Academic Discussions: An Analysis of Instructional Discourse and an Argument for an Integrative Assessment Framework
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CitationElizabeth, T., T. L. Ross Anderson, E. H. Snow, and R. L. Selman. 2012. “Academic Discussions: An Analysis of Instructional Discourse and an Argument for an Integrative Assessment Framework.” American Educational Research Journal 49 (6) (August 20): 1214–1250. doi:10.3102/0002831212456066.
AbstractThis article describes the structure of academic discussions during the implementation of a literacy curriculum in the upper elementary grades. The authors examine the quality of academic discussion, using existing discourse analysis frameworks designed to evaluate varying attributes of classroom discourse. To integrate the overlapping qualities of these models with researchers’ descriptions of effective discussion into a single instrument, the authors propose a matrix that (1) moves from a present/absent analytic tendency to a continuum-based model and (2) captures both social and cognitive facets of quality academic discourse. The authors conclude with a discussion of how this matrix could serve to align teachers’ and researchers’ identification of quality academic discussion and the process by which users could measure improvement in students’ discourse skills over time.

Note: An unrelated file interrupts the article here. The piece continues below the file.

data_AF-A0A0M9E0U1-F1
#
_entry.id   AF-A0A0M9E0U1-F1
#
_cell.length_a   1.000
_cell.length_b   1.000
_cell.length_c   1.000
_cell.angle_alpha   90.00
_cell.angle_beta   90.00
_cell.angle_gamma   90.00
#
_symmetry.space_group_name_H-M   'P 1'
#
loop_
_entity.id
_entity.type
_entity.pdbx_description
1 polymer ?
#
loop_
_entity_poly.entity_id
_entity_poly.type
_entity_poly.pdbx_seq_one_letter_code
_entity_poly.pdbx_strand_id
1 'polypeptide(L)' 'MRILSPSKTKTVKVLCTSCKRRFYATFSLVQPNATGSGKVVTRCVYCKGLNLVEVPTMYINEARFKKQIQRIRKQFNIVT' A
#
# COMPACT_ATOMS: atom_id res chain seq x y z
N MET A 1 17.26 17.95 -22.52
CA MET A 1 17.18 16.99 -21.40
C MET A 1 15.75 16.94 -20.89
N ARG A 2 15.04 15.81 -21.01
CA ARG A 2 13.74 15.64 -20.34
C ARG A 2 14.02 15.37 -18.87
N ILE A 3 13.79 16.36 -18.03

Citable link to this pagehttp://nrs.harvard.edu/urn-3:HUL.InstRepos:24915002
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